Found in 12 Collections and/or Records:
This collection contains materials collected by David Trotsky relating to the Jewish community of Belgium in the inter-war period. Materials include printed documents, posters, reports, meeting minutes, and newspaper clippings, mainly pertaining to the Jews of Brussels and Antwerp.
The bulk of the collection consists of correspondence to the siblings Elisabeth and Margaret Jonas in Kent, England from their parents Julie and Julius Jonas and others in Hamburg, 1938-1939. Also included is the guestbook of the Melamid family in Antwerp and in New York, 1933-1949, containing signatures, drawings and photographs.
The collection contains documentation of the Erna Weingold Kleinermann family, including vital records, identity cards and passports, school certificates, and correspondence.
The Ferdinand and Emmy Lichter Family collection holds documents and personal as well as official correspondence of family members, friends, acquaintances, and public and private institutions. Prominent topics include refuge and refugee relief for the Lichters and the communication between family members describing their health, environment etc. in various refugee camps. The collection comprises vital documents, official certificates, emigration papers, correspondence, postcards, and some notes.
The collection contains diverse personal documents relating to Gertrude Pollatschek nee Maisel's war-time experiences including documents related to emigration including card from Antwerpsch Comiteit voor Joodsche Vluchtelingen, personal correspondence sent through German Red Cross, correspondence with American Consulate regarding visa, affadavits, photograph of actress Hilde Wegener and actor Otto Tessler, medical and tax certificates, ice cream recipes from Dr. Oetker.
The collection contains the correspondence between Jakob Katz and his fiancée Gerti Birnbaum, and comprises 195 letters in seven folders. Katz's letters were written in Frankfurt, in Magyargencs (Hungary), and in London; Birnbaum's' letters were written in Kissingen, Antwerp, Amsterdam, Kreuznach, Berlin, Jerusalem, London, Frankfurt, and Tel Aviv. The earliest letter is dated July 1, 1933, and the last was written on February 18, 1936. Some letters are undated or appear to have been written by a third person.
The collection holds the correspondence of Emil Lederer to his family and friends in Czechoslovakia. Emil had emigrated to Canada and tried to establish his own farm. The collection also holds manuscripts for a book and several plays written by Emil’s mother Paula Lederer, who published under the name Paul Lederer.
The collection documents the immigration to New York City of Sophie and Fritz Herrmann, her parents Chaim and Pauline Mandel, and his mother Gertrud Herrmann, which had led them through Belgium, France, Cuba, and Venezuela. Documents include passports and other identity records, as well as various official documents and a few photographs.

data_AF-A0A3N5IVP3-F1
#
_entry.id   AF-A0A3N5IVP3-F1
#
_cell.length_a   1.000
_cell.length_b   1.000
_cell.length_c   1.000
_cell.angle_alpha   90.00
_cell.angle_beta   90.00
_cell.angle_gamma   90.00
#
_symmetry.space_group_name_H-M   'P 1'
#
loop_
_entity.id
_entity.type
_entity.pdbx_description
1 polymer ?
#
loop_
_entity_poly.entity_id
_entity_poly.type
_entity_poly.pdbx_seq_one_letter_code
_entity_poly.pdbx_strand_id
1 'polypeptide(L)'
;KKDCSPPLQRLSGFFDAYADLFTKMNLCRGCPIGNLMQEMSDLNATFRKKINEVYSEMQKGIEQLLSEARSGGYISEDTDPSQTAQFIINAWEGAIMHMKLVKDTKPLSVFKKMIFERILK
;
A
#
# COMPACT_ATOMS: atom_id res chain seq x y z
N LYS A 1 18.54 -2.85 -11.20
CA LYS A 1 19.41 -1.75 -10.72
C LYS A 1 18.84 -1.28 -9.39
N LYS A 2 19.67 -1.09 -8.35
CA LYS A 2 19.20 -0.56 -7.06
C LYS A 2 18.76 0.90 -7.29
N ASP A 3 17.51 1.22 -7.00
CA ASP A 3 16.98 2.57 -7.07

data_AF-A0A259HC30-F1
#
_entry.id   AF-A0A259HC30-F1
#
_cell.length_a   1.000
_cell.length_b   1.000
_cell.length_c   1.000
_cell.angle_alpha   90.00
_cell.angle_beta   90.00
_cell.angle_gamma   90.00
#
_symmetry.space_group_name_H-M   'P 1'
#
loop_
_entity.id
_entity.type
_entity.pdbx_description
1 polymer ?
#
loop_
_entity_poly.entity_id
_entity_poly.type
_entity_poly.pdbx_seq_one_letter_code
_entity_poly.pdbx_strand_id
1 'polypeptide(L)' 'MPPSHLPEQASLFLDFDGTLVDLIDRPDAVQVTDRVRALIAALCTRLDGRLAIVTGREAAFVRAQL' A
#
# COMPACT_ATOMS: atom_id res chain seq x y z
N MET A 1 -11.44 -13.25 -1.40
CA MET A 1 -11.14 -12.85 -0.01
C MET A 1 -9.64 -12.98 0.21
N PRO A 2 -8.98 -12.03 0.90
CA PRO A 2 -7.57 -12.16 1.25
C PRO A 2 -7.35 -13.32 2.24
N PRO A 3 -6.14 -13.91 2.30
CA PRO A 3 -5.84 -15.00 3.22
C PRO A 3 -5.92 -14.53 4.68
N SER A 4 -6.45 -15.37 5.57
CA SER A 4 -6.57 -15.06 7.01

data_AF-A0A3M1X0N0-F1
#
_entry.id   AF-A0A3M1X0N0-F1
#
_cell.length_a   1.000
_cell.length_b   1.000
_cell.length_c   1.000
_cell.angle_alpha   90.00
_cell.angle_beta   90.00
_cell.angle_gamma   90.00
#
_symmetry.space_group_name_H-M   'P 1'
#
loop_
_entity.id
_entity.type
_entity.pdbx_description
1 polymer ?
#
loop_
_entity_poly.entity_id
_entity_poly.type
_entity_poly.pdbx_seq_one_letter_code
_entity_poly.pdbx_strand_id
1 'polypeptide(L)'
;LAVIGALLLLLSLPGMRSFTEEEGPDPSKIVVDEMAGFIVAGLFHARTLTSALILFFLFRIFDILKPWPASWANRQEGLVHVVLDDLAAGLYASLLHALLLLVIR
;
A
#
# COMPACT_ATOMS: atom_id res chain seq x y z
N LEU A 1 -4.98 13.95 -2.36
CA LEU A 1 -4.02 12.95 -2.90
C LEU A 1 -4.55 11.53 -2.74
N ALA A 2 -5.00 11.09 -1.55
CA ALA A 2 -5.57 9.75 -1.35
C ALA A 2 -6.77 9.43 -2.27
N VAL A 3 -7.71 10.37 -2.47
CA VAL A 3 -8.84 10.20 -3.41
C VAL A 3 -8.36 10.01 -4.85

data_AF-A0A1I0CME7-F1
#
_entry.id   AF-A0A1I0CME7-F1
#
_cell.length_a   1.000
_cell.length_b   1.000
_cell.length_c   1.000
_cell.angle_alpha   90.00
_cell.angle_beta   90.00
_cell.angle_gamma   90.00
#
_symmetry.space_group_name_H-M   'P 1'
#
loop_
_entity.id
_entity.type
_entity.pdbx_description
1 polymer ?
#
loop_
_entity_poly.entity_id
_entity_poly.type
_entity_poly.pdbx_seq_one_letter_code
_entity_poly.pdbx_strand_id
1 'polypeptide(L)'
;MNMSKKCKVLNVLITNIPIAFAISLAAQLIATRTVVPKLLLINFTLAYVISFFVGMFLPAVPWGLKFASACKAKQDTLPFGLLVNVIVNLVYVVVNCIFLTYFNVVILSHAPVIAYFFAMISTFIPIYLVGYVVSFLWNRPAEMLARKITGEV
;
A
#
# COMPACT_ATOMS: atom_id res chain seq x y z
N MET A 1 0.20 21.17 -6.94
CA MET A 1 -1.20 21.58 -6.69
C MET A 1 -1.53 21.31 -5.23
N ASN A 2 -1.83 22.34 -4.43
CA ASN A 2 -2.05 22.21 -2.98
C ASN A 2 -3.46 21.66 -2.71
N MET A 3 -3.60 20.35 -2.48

Official, legal and personal correspondence documenting Erich Lipmann's (also known as Eric Lipman?) attempts for securing an immigration visa to the United States or Cuba for his mother Martha Lipmann in Germany.
This collection describes the professional life of the writer Salamon Dembitzer, who is best known as a Yiddish poet and the author of Visas for America, a novel on the situation of Jewish refugees during World War II. Included in these papers are manuscripts of his poetry, newspaper articles, and novels as well as reviews of his work, correspondence, and biographical information on him.
The Salomons-Fox family collection documents the lives of various family members of the extended Salomons-Fox family. Topics of the collection are the education; the emigration or attempted emigration to the United States, the establishment of a new life in America; and the professional career of the individuals represented in the collection. An extensive amount of the collection focusses on the artistic career and life of Dave Fox. Also included are papers pertaining to the circus artist and actor, Jackie (Leo) Gerlich, who appeared in the 1939 movie “The Wizard of Oz."
The Edmund and Berta Wachs Collection consists of documents of Edmund, his wife, and their daughter, and correspondence from official authorities, friends, and relatives. Prominent topics are the emigration from Europe, the imprisonment of Edmund Wachs in 1938, and his job applications. The documents include official certificates, taxation papers, a student registration book, and identification papers.